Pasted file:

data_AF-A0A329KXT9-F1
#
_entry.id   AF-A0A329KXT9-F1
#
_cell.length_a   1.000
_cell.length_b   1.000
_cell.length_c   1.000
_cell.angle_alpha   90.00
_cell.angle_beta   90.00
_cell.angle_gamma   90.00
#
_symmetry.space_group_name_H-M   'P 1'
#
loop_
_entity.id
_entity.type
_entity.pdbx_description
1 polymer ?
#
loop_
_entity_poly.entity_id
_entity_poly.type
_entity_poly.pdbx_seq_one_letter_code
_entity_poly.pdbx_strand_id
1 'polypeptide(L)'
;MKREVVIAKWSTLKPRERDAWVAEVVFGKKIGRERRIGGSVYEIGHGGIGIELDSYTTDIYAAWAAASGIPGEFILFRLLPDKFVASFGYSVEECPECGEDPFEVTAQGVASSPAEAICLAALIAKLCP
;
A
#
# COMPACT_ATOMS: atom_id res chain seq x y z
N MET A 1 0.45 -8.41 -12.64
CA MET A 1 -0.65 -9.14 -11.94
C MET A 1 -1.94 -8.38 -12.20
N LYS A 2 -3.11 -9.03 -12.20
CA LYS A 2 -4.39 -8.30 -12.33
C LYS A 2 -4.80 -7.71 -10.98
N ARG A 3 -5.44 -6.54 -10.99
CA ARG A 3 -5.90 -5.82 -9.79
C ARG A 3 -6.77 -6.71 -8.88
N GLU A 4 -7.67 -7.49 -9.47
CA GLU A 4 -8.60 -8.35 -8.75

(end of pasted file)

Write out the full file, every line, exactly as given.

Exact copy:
data_AF-A0A329KXT9-F1
#
_entry.id   AF-A0A329KXT9-F1
#
_cell.length_a   1.000
_cell.length_b   1.000
_cell.length_c   1.000
_cell.angle_alpha   90.00
_cell.angle_beta   90.00
_cell.angle_gamma   90.00
#
_symmetry.space_group_name_H-M   'P 1'
#
loop_
_entity.id
_entity.type
_entity.pdbx_description
1 polymer ?
#
loop_
_entity_poly.entity_id
_entity_poly.type
_entity_poly.pdbx_seq_one_letter_code
_entity_poly.pdbx_strand_id
1 'polypeptide(L)'
;MKREVVIAKWSTLKPRERDAWVAEVVFGKKIGRERRIGGSVYEIGHGGIGIELDSYTTDIYAAWAAASGIPGEFILFRLLPDKFVASFGYSVEECPECGEDPFEVTAQGVASSPAEAICLAALIAKLCP
;
A
#
# COMPACT_ATOMS: atom_id res chain seq x y z
N MET A 1 0.45 -8.41 -12.64
CA MET A 1 -0.65 -9.14 -11.94
C MET A 1 -1.94 -8.38 -12.20
N LYS A 2 -3.11 -9.03 -12.20
CA LYS A 2 -4.39 -8.30 -12.33
C LYS A 2 -4.80 -7.71 -10.98
N ARG A 3 -5.44 -6.54 -10.99
CA ARG A 3 -5.90 -5.82 -9.79
C ARG A 3 -6.77 -6.71 -8.88
N GLU A 4 -7.67 -7.49 -9.47
CA GLU A 4 -8.60 -8.35 -8.75